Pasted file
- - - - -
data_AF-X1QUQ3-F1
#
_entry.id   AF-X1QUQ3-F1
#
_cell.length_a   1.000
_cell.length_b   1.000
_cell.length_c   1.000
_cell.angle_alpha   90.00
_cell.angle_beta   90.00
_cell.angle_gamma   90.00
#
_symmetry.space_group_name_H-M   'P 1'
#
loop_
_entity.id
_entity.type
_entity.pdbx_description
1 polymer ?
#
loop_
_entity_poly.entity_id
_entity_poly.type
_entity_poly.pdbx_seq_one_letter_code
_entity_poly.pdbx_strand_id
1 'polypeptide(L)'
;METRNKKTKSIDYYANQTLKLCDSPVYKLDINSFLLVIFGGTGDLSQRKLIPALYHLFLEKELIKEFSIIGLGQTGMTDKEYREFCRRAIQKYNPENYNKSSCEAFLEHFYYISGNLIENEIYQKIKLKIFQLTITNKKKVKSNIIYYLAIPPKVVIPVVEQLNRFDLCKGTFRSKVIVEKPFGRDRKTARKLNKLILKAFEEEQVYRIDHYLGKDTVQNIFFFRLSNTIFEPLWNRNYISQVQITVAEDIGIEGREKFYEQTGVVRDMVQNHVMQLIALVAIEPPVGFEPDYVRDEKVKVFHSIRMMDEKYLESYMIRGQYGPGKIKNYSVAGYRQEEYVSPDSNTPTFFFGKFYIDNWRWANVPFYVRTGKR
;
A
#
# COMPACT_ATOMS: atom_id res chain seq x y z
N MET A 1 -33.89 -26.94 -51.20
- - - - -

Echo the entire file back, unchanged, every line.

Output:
data_AF-X1QUQ3-F1
#
_entry.id   AF-X1QUQ3-F1
#
_cell.length_a   1.000
_cell.length_b   1.000
_cell.length_c   1.000
_cell.angle_alpha   90.00
_cell.angle_beta   90.00
_cell.angle_gamma   90.00
#
_symmetry.space_group_name_H-M   'P 1'
#
loop_
_entity.id
_entity.type
_entity.pdbx_description
1 polymer ?
#
loop_
_entity_poly.entity_id
_entity_poly.type
_entity_poly.pdbx_seq_one_letter_code
_entity_poly.pdbx_strand_id
1 'polypeptide(L)'
;METRNKKTKSIDYYANQTLKLCDSPVYKLDINSFLLVIFGGTGDLSQRKLIPALYHLFLEKELIKEFSIIGLGQTGMTDKEYREFCRRAIQKYNPENYNKSSCEAFLEHFYYISGNLIENEIYQKIKLKIFQLTITNKKKVKSNIIYYLAIPPKVVIPVVEQLNRFDLCKGTFRSKVIVEKPFGRDRKTARKLNKLILKAFEEEQVYRIDHYLGKDTVQNIFFFRLSNTIFEPLWNRNYISQVQITVAEDIGIEGREKFYEQTGVVRDMVQNHVMQLIALVAIEPPVGFEPDYVRDEKVKVFHSIRMMDEKYLESYMIRGQYGPGKIKNYSVAGYRQEEYVSPDSNTPTFFFGKFYIDNWRWANVPFYVRTGKR
;
A
#
# COMPACT_ATOMS: atom_id res chain seq x y z
N MET A 1 -33.89 -26.94 -51.20